Thursday, September 2, 2010

In Soviet Russia...

In Soviet Russia, Bokeh renders you!


Now, I have to stop right here and put out the cavaet...
I HAVE NOT USED THIS LENS, SO MY EXPERIENCE WITH IT IS NON-EXISTENT. I AM ONLY RELAYING RESEARCH AND OPINION ON THE QUALITY OF THIS LENS AND THIS IS IN NO WAY AN ENDORSEMENT FOR EVERYONE TO GO OUT AND BUY THIS LENS ASAP, BECAUSE THIS LENS IS A COLD-WAR-ERA SOVIET-DESIGNED MANUAL FOCUS AND I DO NOT RECOMMEND ACQUIRING THIS LENS IF YOU ARE UNFAMILIAR WITH ALTERNATIVE GLASS AND LENS MOUNT CONVERSION - YOU TAKE THIS KNOWLEDGE AWAY AT YOUR OWN RISK - USING CAMERA LENSES NOT DESIGNED FOR YOUR SYSTEM OF CHOICE POSSIBLY AND MORE LIKELY, CAN DAMAGE YOUR CAMERA AND IT'S MIRROR BOX ASSEMBLY - AND POSSIBLY D WILL VOID YOUR WARRANTY.

In all seriousness, the above lens is the Helios 44-2. At least, I think it's the 44-2. For the sake of arguement, I'm going to say it is and leave it at that. The reason for this is, there are several versions of the Helios 44, which for some reason is actually a 58mm lens, not a 44mm as the name would lead you to believe. Further to this, the 2 refers to two different things - one, being that it is the 2nd version, and the other being that it's to designate it's max F/stop (2.0) - I don't know which to believe, given that it makes more sense that it should be 44-2.0, I dunno... It's russian, they do things backwards and round off numbers. That's why everyone knows Gagarin and not the poor guy that died in the rocket launched before him...

What I do know for sure is that this lens is a fairly old design and that it's actually a copy of the Carl Zeiss Biotar design and that it was heavily mass produced, to the point that they are quite possibly the cheapest lens available on the 2nd hand market (aka FLEabay). This is significant as the Biotar, which is a much more expensive lens, incorporates a doubled gaussian optic lens combination. The two lenses, at the heart of the design, are what make the Biotar and Helios lenses so special. While Gaussian optics are not exactly revolutionary now, but I'm sure that they once were. If anything, their results are legendary as it allows a lens to render very smooth background blurring, aka Bokeh. And for what it's worth, Canon's 50mm 1.8 uses a very similar lens formulae, incorporating Gaussian optics - that's why the nifty-fifty is such a great lens in it's own right.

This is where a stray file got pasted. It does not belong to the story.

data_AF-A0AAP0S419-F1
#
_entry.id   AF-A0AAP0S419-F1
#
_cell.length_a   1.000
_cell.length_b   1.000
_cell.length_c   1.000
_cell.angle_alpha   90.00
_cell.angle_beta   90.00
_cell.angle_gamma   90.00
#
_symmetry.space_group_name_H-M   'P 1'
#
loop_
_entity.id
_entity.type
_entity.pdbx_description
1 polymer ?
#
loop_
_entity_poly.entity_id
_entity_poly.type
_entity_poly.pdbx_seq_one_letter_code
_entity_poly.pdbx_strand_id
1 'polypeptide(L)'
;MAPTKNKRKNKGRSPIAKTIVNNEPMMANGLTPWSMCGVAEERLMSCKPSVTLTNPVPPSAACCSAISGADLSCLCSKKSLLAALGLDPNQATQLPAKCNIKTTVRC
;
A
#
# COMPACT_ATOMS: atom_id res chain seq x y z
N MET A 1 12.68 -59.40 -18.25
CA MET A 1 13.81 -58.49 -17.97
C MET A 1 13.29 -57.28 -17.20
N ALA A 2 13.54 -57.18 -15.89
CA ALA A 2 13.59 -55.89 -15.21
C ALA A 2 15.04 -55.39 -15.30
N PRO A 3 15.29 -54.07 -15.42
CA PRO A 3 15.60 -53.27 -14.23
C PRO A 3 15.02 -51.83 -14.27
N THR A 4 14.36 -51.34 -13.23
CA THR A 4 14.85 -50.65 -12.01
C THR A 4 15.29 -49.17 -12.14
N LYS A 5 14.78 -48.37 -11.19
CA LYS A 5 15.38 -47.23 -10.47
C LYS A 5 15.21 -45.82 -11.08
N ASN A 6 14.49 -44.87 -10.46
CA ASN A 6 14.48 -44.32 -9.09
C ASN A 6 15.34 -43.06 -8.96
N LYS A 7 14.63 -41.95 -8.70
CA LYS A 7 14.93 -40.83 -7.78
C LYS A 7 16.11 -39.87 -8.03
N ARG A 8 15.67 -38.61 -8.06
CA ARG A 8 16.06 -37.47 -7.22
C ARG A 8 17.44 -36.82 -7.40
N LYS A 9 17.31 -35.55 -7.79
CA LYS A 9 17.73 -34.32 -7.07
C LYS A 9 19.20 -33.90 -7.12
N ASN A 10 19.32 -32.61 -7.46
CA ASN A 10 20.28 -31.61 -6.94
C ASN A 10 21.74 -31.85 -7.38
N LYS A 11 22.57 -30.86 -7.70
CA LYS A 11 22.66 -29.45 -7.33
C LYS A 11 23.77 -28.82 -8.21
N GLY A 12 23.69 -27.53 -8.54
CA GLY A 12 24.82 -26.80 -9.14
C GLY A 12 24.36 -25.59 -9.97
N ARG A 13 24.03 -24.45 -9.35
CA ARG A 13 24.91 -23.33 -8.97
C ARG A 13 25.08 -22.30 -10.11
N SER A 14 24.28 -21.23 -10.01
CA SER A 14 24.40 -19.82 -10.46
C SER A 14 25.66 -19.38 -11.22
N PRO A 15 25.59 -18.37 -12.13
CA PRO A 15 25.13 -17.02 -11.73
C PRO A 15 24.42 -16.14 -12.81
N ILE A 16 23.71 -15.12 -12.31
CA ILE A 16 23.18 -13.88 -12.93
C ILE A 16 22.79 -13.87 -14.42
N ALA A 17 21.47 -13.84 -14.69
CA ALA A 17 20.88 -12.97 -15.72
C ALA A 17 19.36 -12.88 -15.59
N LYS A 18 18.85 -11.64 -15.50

Now, out there in the wilds of the interwebs, there are a few pages that talk about the 44-2. I'm going to do my best to cut through the crap and give you the straight goods. First up... Specs!

Lens Construction = 6 elements in 4 groups (w/ 1 gaussian doublet)
Focal Length = 58mm
Filter D = 49mm [although younger copies are 52mm]
Max F/stop = 2.0
Min F/stop = 16.0
Angle of view = 40°
Minimum focus = 0.5m (~18cm)
Diaphragm = Manual/Preset
Field of View = ~93mm [on 35mm]*

Other info
Most copies are single coated and the unit weighs in at a rather svelte 220g.
In the right hands, this lens renders awesomeness in either Av or M.

Most copies, provided that they are in good working order, are quite sharp at all apertures - some opinions are that it is adequate to fair at 2.0, and best at 5.6 or 8.0. In the same vein, CA is prominent in the 2.0-2.8 range, edging towards green/turquoise - though, once again, this is what has been discussed in opinion and may not affect all copies.


Examples of the amaziness of this lens:
Manual Focus Forums
Fred Miranda Alt Glass forum

Why does this all concern me? Well, for starters - the 44-2 is a great MF lens, that is much cheaper than anything else really. 50mm-range lenses are good starting points for most photographers and when it comes to learning how to shoot, it's the 50mm that should be in every kit. Because of its creaminess, it is given to fantastic shots at most apertures. The only downside is the loss of a 1/3stop of light, when compared to Canon's 1.8 plastic fantastic.

Suffice to say, if I didn't already have the Canon or the 58mm Rokkor, I'd be all over this guy like a papparazzi on a starlet's case.

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